Hotel la Chenevière - Gallery

Hotel La Cheneviere

Permaculture and Environmental Policy

The history of our gardens and our permaculture

The story behind la Cheneviére begins with its garden, as it’s actually its beautiful centennial tress that seduced Thomas and Marie-Françoise Dicker into purchasing the property in 1988.

With time, the garden has evolved and has become a treasured family story.

Every time the Dicker family moved houses, they’d replant their trees and plants at La Chenevière. Marie-Françoise started planting sage and ancient roses, and together with her husband, they built their dream British garden.

This was all made possible thanks to the help of gardener Jacques Lerosier, who was the very first employee at the hotel. 

It was Jacques who planted the first vegetable garden in 2010 on a 1000m2 plot. This led to many changes which were put into place to protect the environment: such as composting (turning biowaste into valuable food for the vegetable garden), harvesting rainwater to water plants and installing an innovative, ecological sanitation system in plant engineering (phyto-purification: a natural process by plants to filter and clean up wastewater).

In 2012, the hotel installed its first beehive whilst its vegetable garden began to take shape.

The hotel only had one restaurant at the time: Le Botaniste, but its Head Chef Didier Robin already understood the importance of sustainability and had been using organic, seasonal, local produce since 2003.

The Dicker children, who had grown up by then, were very interested in gardening, cooking as well as short food supply chains and wished to expand the vegetable garden, especially as the family was hoping to open a second restaurant.

The hotel’s first flower show was launched in 2015 in La Chenevière's garden. The yearly event showcases over 50 like-minded nurserymen and artisans, with whom the hotel regularly works with. Every year the profits go to a different local family with a severely disabled child.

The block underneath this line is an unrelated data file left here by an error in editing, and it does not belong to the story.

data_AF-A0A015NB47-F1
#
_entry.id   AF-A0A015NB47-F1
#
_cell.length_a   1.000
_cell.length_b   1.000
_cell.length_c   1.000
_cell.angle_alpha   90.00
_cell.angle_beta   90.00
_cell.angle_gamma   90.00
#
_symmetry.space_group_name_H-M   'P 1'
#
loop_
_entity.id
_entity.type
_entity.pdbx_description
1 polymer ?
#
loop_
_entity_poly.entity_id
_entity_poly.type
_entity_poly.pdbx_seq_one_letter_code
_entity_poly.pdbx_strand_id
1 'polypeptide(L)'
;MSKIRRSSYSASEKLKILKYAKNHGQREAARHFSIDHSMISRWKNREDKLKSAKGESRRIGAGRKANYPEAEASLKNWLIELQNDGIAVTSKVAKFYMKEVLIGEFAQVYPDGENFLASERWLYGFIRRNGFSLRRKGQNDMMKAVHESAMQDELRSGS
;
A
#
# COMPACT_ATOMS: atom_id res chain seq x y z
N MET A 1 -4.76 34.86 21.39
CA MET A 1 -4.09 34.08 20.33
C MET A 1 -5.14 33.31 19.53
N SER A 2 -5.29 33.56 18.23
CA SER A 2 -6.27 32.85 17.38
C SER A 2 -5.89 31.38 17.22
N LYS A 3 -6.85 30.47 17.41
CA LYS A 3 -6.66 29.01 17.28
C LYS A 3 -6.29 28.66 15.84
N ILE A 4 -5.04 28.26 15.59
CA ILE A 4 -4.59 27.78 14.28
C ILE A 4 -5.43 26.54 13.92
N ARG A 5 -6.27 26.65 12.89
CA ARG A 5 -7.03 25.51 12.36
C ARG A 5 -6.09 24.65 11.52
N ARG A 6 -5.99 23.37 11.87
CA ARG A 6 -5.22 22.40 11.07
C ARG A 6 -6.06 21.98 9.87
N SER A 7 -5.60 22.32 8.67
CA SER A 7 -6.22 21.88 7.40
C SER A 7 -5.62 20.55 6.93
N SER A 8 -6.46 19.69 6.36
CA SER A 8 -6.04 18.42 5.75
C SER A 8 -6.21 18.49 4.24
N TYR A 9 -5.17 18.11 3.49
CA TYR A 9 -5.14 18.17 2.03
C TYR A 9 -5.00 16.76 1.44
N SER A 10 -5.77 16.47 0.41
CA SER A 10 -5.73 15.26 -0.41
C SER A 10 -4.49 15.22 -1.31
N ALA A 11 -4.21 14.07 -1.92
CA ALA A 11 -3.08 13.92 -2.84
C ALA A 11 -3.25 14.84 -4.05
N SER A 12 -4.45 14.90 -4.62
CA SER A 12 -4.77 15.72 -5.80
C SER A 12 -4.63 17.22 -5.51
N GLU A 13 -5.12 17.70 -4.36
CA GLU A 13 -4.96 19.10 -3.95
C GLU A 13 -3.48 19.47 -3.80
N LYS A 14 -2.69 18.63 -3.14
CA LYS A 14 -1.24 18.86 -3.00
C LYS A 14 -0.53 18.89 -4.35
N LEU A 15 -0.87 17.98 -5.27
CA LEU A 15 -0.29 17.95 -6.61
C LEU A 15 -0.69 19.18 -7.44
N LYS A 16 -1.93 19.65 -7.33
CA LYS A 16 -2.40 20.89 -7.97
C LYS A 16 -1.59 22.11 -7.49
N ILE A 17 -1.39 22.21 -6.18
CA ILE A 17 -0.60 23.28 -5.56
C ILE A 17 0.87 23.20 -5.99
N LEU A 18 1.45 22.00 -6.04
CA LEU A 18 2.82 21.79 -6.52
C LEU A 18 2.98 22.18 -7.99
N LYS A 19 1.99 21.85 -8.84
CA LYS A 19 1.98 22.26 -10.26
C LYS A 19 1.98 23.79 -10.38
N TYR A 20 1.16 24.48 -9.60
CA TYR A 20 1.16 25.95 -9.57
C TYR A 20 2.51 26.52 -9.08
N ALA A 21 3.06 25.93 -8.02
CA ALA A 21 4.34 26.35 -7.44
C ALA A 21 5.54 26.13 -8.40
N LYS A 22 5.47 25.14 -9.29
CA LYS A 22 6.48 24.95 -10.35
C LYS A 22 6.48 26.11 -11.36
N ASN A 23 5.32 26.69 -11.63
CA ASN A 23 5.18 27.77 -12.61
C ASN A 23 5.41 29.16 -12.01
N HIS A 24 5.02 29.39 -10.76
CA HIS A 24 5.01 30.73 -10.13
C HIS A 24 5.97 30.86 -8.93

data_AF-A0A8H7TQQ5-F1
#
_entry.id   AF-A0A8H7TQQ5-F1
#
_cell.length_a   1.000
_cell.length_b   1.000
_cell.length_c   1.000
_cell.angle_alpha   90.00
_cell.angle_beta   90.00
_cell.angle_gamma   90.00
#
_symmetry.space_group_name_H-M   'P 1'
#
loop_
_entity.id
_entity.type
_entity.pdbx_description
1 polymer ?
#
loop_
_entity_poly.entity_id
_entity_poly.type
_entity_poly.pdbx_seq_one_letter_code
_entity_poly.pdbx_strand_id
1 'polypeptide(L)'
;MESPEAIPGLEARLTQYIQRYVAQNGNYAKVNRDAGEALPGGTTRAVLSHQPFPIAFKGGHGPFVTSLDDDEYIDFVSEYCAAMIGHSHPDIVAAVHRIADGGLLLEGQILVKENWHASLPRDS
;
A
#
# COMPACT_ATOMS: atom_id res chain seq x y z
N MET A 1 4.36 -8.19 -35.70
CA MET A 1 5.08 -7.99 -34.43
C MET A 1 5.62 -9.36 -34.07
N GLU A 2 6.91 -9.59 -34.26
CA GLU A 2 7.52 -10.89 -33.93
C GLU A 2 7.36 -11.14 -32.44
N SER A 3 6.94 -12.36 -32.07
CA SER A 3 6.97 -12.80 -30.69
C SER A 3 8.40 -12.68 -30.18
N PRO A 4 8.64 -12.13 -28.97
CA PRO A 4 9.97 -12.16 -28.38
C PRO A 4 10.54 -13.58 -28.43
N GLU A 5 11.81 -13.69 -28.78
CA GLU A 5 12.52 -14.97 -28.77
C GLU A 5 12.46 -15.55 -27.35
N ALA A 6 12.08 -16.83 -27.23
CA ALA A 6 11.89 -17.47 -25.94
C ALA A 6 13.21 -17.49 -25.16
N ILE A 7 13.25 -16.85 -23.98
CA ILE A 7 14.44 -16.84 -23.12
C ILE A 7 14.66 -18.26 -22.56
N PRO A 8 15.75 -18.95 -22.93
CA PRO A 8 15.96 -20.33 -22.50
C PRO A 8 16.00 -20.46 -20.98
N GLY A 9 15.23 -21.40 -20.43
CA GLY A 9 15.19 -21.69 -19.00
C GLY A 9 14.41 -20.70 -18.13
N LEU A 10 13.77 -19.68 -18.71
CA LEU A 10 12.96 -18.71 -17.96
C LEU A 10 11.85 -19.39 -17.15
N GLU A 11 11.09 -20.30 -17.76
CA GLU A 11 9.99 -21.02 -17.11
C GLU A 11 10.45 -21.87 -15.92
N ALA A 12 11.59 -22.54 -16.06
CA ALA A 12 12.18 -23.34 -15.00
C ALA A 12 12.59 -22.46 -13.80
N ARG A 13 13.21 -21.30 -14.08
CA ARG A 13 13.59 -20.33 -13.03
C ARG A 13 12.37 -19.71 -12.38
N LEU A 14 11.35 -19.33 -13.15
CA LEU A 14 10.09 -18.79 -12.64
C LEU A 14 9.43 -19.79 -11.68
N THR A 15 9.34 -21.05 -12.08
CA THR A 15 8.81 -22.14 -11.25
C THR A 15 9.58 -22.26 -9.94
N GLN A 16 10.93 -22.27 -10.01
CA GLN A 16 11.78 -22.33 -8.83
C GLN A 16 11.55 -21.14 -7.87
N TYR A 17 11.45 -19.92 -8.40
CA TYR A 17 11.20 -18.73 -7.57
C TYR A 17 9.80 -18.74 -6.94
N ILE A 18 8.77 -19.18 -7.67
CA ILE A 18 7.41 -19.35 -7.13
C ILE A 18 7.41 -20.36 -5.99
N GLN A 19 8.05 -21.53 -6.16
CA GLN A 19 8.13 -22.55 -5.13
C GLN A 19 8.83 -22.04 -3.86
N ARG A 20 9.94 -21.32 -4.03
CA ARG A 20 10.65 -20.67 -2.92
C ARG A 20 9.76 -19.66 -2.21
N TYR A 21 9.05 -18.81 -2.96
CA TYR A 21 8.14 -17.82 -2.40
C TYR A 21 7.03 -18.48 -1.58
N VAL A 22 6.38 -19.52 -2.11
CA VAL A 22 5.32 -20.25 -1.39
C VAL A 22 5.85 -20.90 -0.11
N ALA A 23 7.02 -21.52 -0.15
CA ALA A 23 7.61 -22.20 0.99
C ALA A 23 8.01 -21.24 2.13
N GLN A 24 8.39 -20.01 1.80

Once the project of opening Le Petit Jardin was born in 2018, the vegetable garden was gradually converted into a permaculture vegetable garden on an additional 2-hectare land.

At the time, Pierre Vandaële, an organic market gardener in Saint Vigor, who practices permaculture, was already supplying Chef Didier Robin. It was a natural decision to ask Pierre to look after La Chenevière vegetable garden. He works almost exclusively using animal traction with the help of his mare Victoire. For Pierre, permaculture is a lifestyle.

A flower garden was planted to decorate the hotel’s interiors with bouquets from its own garden. The floral garden was purposely placed nearby Le Petit Jardin and the permaculture garden, as to create a real eco-system.

This progressive “Permaculture” cultivation has for aim to increase the autonomy of La Chenevière (with the hotel growing its own vegetables, flowers, fruits, aromatics and medicinal plants) while developing diversified and harmonious spaces and a source of well-being for the local fauna and flora – all for the satisfaction of our customers.

Today Pierre works side by side with Didier, Hugo and François, our Head Chefs at Le Botaniste and at Le Petit Jardin. Jacques Lerosier is nowadays happily retired but is thankfully still advising Thomas Dicker on his own vegetable garden which he has planted in his home, nearby in Commes.


The word “Permaculture” was created in Australia in the 70’s by Bill Mollison and David Holmgren, following the unsettling observation that the agricultural industry was becoming more and more obstructive to our biodiversity. Mollison and Holmgre’s goal was to create an alternative yet efficient method which was respectful of nature.

They were inspired by a Japanese microbiologist, Masanobu FUKUOKA (1913/2008), who was a supporter of natural agriculture.

In his research, he used the forest as the definition of a “high efficiency”, “self-sufficient system”, and therefore as a model to the construction of sustainable, balanced human organisations, in the heart of a protected environment.

Permaculture’s ethic lies on three founding pillars:

            Taking care of our land (soil, water, plants, animals). This implies a rationed use of resources.

            -Take care of Man, that is to say oneself, his relatives and the human community in general

            – Taking care of Mankind: ourselves, our close ones and the human community as a whole.

While it was originally based on agriculture, the concept of Permaculture evolved to taking into account the entire human activity. It is now a philosophy of life adapted to our daily routine. It is not a list of does and don’ts, which we have to follow.

For Bill Mollison “ the goal of Permaculture is to follow ways of life which won’t damage the environment, won’t exploit humans or living creatures, won’t contaminate soil but have to be economically feasible, and by consequence are sustainable in the long run ”.